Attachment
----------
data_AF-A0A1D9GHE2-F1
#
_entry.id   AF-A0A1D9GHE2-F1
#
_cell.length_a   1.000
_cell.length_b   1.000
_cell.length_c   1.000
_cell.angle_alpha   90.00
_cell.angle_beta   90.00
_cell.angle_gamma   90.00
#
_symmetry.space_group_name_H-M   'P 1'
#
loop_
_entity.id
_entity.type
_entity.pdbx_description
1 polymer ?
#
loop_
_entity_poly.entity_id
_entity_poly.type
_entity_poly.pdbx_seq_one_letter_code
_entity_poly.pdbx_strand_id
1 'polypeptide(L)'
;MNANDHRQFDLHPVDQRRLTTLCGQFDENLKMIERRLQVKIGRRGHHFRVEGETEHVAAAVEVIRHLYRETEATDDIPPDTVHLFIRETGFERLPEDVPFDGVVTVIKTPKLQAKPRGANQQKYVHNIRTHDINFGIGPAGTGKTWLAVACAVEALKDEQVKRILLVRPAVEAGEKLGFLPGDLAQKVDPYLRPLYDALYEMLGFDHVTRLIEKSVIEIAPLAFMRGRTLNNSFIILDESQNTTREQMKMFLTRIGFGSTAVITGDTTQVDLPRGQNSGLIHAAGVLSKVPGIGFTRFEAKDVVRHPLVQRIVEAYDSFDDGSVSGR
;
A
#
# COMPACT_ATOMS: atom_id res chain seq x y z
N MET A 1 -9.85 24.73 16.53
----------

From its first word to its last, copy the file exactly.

data_AF-A0A1D9GHE2-F1
#
_entry.id   AF-A0A1D9GHE2-F1
#
_cell.length_a   1.000
_cell.length_b   1.000
_cell.length_c   1.000
_cell.angle_alpha   90.00
_cell.angle_beta   90.00
_cell.angle_gamma   90.00
#
_symmetry.space_group_name_H-M   'P 1'
#
loop_
_entity.id
_entity.type
_entity.pdbx_description
1 polymer ?
#
loop_
_entity_poly.entity_id
_entity_poly.type
_entity_poly.pdbx_seq_one_letter_code
_entity_poly.pdbx_strand_id
1 'polypeptide(L)'
;MNANDHRQFDLHPVDQRRLTTLCGQFDENLKMIERRLQVKIGRRGHHFRVEGETEHVAAAVEVIRHLYRETEATDDIPPDTVHLFIRETGFERLPEDVPFDGVVTVIKTPKLQAKPRGANQQKYVHNIRTHDINFGIGPAGTGKTWLAVACAVEALKDEQVKRILLVRPAVEAGEKLGFLPGDLAQKVDPYLRPLYDALYEMLGFDHVTRLIEKSVIEIAPLAFMRGRTLNNSFIILDESQNTTREQMKMFLTRIGFGSTAVITGDTTQVDLPRGQNSGLIHAAGVLSKVPGIGFTRFEAKDVVRHPLVQRIVEAYDSFDDGSVSGR
;
A
#
# COMPACT_ATOMS: atom_id res chain seq x y z
N MET A 1 -9.85 24.73 16.53